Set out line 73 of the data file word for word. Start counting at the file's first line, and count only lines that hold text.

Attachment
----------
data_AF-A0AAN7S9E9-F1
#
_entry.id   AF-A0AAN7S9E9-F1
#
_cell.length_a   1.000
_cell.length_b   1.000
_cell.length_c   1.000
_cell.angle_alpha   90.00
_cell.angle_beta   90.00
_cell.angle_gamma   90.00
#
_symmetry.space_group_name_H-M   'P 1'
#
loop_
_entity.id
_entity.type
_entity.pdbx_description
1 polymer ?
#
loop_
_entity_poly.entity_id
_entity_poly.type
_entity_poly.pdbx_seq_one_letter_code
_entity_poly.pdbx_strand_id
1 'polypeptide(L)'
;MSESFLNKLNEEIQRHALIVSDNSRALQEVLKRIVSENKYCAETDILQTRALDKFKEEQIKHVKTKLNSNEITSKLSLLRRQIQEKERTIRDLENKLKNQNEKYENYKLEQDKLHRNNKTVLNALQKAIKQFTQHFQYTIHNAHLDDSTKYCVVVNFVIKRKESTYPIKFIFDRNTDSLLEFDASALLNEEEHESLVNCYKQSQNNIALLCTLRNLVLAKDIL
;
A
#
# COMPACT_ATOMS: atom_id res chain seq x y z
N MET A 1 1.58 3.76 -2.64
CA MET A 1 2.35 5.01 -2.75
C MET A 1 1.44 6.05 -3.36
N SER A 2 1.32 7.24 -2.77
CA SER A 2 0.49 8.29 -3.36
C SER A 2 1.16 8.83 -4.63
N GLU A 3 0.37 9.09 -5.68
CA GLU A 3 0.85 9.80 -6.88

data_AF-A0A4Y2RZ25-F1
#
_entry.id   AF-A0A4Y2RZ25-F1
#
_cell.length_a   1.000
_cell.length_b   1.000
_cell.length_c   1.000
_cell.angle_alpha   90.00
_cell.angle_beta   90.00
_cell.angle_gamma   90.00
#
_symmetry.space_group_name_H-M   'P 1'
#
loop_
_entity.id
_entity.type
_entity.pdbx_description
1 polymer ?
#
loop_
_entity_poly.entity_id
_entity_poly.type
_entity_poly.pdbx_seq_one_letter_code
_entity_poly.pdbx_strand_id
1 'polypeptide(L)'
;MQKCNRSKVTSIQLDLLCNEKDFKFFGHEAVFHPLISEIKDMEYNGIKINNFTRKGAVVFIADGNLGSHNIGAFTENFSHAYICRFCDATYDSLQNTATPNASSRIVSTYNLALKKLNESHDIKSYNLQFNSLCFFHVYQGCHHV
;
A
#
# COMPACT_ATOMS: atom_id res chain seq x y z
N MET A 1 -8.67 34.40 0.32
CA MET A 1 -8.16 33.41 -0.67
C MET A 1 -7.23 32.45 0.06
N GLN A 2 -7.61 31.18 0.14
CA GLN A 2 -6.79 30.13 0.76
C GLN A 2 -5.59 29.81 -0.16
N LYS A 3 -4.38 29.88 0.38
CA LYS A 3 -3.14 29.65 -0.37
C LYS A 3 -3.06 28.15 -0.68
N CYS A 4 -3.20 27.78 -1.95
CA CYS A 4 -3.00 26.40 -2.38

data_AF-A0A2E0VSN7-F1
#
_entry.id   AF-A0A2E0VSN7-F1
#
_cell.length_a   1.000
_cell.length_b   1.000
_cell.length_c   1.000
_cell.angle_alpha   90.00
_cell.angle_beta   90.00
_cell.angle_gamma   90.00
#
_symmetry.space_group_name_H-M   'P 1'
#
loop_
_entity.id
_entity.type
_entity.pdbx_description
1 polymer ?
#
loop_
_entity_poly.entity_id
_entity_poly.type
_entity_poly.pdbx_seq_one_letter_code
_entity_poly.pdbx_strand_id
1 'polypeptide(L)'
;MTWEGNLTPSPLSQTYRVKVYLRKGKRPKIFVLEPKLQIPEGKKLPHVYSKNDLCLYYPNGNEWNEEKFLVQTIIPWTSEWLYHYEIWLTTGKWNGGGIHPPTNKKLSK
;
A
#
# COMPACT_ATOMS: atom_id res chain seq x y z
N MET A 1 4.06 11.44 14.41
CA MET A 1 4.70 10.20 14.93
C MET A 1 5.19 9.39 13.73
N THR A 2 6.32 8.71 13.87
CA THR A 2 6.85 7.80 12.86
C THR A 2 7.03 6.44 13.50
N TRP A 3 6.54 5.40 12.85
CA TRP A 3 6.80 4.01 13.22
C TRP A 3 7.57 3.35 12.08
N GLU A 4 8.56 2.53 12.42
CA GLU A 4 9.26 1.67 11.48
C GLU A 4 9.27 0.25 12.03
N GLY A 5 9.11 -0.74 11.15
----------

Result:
CA GLN A 2 -6.79 30.13 0.76